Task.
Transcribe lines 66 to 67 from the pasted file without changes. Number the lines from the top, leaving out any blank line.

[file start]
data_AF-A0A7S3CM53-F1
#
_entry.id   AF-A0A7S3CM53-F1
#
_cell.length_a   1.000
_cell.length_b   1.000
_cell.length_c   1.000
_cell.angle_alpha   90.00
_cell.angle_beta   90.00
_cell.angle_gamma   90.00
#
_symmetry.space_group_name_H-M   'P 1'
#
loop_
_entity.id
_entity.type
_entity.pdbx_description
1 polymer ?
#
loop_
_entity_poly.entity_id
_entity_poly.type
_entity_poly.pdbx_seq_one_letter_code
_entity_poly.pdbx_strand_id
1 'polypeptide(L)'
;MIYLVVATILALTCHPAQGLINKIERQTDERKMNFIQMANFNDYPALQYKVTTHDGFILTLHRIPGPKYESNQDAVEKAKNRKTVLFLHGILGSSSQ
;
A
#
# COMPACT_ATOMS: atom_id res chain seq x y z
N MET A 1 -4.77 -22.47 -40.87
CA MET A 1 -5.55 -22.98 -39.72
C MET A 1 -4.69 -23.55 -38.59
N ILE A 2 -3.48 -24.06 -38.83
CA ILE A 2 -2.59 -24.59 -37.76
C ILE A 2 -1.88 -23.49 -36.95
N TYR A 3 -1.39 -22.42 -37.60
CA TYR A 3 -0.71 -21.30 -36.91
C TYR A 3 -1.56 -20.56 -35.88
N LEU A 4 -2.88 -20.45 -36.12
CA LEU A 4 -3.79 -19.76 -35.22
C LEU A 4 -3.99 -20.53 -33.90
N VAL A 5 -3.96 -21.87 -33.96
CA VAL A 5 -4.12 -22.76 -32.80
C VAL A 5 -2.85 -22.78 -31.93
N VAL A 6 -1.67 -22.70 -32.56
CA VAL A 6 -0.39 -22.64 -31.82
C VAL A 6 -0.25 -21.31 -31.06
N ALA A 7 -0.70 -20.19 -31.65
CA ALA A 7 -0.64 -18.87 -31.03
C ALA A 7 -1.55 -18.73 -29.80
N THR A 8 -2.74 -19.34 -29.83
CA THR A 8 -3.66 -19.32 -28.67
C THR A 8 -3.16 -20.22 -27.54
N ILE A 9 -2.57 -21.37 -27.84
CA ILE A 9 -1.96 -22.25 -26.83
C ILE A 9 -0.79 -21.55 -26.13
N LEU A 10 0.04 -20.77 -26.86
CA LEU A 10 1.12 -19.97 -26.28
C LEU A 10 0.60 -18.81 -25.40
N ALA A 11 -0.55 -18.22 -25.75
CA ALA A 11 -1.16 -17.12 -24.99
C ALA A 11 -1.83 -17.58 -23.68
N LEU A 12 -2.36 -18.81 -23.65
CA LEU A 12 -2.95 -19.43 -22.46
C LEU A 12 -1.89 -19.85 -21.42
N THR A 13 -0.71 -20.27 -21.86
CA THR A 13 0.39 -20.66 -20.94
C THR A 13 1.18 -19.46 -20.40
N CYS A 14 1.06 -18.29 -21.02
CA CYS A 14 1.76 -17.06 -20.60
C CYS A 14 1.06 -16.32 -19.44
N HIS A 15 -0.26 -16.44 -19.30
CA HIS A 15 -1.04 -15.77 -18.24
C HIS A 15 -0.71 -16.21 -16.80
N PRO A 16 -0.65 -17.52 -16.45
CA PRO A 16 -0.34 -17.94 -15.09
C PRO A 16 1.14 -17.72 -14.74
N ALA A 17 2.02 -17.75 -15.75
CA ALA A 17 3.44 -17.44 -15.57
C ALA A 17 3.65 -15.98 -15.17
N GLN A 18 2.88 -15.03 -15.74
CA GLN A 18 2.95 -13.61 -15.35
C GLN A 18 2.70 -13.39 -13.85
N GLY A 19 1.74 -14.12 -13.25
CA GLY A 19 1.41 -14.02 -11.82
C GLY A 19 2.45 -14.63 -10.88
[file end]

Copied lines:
C LEU A 12 -1.89 -19.85 -21.42
N THR A 13 -0.71 -20.27 -21.86